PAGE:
Much like Kentucky GOP Senate candidate Rand Paul was forced to stop talking about his longstanding opposition to the ban on whites-only lunch counters after this neanderthanish position threatened his poll numbers, the GOP’s likely standard bearer in Alaska, Joe Miller, is now trying to clarify his radical statement that Social Security and Medicare are unconstitutional. In an interview with Fox News, Miller tried to reassure viewers that he believes Medicare and Social Security are a “contract that we have with our seniors,” but he then outlined a plan that would bring both programs to a slow and painful end:
VAN SUSTEREN: All right, in the event that you are the candidate for the general election, what’s the story on Social Security and Medicare? Are you for it or against it? [...]
MILLER: If you look at, for example, the inlays coming in to Social Security, as of April this year, they’re outstripped by the payments. That’s the first time in a while that that’s happened. It’s projected to continue for several years.
And if we don’t get a grip on that now, if we don’t come up with solutions, you know, whether it be privatization, personalization or some other solution, which, frankly, you know, it’s our preference that that be a transferred power to the states. That’s really what the constitutional basis of our platform has been, that we need to get back to transferring many of the powers of the federal government to the states. We believe that that’s what the Tenth Amendment provides.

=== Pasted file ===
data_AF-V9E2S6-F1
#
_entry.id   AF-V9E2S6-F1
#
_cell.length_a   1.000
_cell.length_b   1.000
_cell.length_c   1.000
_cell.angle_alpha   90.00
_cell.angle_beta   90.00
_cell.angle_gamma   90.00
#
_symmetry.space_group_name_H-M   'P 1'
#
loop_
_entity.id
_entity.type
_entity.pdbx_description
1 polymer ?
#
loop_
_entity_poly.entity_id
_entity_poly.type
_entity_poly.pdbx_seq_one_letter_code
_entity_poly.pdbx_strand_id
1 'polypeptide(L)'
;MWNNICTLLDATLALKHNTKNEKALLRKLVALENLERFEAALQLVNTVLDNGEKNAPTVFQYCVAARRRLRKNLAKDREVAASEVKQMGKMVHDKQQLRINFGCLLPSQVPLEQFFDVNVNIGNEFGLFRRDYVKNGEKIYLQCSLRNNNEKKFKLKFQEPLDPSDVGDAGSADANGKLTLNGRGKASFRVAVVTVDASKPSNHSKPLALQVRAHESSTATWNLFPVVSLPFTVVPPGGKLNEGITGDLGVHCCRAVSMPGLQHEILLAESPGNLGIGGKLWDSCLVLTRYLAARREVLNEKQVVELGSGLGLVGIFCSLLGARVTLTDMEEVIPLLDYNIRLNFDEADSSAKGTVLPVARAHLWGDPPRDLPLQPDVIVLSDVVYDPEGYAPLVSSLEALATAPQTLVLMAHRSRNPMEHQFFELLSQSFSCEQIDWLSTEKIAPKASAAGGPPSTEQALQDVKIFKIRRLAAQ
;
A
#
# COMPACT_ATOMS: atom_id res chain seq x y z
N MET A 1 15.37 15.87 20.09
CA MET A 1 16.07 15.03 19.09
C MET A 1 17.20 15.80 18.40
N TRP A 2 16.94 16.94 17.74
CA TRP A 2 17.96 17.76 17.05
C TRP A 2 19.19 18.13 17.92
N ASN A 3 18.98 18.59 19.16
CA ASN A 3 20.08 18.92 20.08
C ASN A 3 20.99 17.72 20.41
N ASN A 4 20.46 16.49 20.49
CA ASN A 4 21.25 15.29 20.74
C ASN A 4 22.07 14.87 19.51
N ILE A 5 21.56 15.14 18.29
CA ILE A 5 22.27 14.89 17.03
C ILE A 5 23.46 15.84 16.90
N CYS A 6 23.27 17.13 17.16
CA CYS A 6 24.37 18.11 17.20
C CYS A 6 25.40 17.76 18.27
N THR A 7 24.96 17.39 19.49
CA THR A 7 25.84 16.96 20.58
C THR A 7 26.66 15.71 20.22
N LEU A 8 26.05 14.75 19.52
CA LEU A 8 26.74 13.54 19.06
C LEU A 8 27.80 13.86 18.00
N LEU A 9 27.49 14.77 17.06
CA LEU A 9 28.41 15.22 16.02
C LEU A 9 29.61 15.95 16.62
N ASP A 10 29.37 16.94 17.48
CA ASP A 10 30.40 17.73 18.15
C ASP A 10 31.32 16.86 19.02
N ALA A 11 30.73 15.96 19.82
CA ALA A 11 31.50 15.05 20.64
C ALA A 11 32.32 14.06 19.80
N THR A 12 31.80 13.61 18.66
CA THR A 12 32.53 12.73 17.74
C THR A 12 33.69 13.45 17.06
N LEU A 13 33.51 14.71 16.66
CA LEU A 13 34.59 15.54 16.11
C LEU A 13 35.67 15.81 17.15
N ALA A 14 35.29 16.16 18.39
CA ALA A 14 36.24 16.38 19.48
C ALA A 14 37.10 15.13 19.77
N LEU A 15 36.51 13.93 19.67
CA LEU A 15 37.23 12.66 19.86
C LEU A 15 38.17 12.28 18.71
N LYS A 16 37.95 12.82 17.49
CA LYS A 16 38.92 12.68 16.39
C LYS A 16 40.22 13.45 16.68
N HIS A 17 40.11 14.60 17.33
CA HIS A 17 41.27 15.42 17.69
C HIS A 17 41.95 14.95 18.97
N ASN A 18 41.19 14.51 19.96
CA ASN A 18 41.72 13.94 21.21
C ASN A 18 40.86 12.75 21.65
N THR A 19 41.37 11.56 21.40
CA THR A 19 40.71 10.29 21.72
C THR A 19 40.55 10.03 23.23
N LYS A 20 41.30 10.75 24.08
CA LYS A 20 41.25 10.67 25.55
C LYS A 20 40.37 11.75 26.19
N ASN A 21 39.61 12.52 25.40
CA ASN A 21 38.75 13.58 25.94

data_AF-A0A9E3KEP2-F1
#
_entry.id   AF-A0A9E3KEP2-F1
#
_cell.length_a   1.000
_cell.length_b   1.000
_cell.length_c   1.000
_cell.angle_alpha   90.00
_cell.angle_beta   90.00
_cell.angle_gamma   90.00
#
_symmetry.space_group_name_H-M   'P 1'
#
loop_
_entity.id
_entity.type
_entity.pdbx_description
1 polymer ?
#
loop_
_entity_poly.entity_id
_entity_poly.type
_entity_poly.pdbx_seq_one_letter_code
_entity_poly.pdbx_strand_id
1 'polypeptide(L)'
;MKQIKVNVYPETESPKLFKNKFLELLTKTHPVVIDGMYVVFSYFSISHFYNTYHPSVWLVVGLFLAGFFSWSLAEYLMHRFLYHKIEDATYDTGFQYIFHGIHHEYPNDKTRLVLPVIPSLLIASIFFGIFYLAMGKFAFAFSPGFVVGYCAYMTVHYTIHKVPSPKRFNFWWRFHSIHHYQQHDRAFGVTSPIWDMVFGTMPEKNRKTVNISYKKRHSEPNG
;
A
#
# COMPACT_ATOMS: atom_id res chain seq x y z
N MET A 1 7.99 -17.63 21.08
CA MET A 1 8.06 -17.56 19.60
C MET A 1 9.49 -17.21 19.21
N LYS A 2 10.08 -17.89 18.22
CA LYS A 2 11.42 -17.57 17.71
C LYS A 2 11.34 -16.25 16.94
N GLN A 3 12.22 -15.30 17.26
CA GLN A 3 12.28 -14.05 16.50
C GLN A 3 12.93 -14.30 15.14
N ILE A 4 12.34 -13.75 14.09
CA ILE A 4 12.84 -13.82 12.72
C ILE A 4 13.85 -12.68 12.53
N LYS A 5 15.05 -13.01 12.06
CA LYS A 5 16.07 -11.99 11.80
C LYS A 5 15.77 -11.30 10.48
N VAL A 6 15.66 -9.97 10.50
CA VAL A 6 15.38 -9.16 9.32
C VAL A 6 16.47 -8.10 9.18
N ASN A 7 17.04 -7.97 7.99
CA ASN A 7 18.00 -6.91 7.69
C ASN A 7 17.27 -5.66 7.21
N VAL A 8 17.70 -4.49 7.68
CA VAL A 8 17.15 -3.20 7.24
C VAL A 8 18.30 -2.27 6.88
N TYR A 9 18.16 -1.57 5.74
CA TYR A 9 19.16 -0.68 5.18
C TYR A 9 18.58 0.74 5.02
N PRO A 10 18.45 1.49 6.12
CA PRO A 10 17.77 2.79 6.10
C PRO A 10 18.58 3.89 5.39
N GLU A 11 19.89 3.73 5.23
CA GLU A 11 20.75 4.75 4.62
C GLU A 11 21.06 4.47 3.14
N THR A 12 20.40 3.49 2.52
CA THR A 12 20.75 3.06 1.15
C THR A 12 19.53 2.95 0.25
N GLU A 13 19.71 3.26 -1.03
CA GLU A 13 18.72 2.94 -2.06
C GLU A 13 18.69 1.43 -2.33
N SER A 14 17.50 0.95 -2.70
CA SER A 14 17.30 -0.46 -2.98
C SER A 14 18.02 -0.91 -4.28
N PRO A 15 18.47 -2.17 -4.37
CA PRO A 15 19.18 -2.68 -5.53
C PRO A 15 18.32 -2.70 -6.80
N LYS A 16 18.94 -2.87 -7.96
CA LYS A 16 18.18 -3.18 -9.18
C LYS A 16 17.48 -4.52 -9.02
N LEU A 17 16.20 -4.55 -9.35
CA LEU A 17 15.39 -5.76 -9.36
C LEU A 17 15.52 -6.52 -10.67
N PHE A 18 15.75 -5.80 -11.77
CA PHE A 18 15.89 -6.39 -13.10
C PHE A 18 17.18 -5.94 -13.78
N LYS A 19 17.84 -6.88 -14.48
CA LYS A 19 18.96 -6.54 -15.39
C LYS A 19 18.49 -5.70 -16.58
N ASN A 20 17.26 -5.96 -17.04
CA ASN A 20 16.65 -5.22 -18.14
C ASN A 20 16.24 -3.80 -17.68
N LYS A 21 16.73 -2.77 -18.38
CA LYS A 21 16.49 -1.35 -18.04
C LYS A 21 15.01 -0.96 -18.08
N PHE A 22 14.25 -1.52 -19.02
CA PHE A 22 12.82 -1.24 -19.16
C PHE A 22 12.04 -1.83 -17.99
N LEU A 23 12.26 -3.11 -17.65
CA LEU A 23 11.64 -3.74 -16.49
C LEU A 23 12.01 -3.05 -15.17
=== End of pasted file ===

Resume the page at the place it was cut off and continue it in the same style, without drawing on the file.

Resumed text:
First of all, Miller’s suggestion that privatizing Social Security could help balance the budget is flat wrong. Privatization imposes significant new risks on seniors, while creating new administrative costs and forcing benefit reductions. Yet despite being a riskier, less beneficial program for seniors, it also will cost more money than the present system.
Miller’s plan to transfer programs like Medicare and Social Security to the states is even more radical. Indeed, it is an economically impossible plan.
Under our current system, Americans can live in any state they choose. An American who begins their career in Ohio, moves to Virginia to accept a better job offer, and then retires in Florida pays the same federal taxes regardless of their residence. These taxes fund programs such as Medicare and Social Security.
Now imagine that we lived in Joe Miller’s America, and that each state was responsible for setting up its own retirement system. Under this system, the person described above would pay Ohio taxes while they worked in Ohio, Virginia taxes while they lived in Virginia, and would draw benefits from the state of Florida during their retirement. The state which benefited from their taxes would not be the same state that was required to fund their retirement.
States like Florida, which attract an unusually large number of retirees, would simply collapse under the weight of their retirement programs. Florida would be forced to jack up taxes on its own workers to pay for the influx of retirees, but these higher taxes would drive workers out of the state, forcing Florida to jack up taxes even more. Eventually, this “death spiral” would lead Florida to insolvency, leaving its senior residents without any benefits whatsoever. Nor could Florida prevent this death spiral by simply limiting retirement benefits to seniors who spent their working career in Florida — the Constitution forbids states from denying benefits to their residents based on length of residence.
Simply put, Joe Miller’s grasp of economics is even worse than his grasp of constitutional law. His “tenther” plan to turn seniors’ fates over to the states cannot work so long as Americans are allowed to live wherever they choose.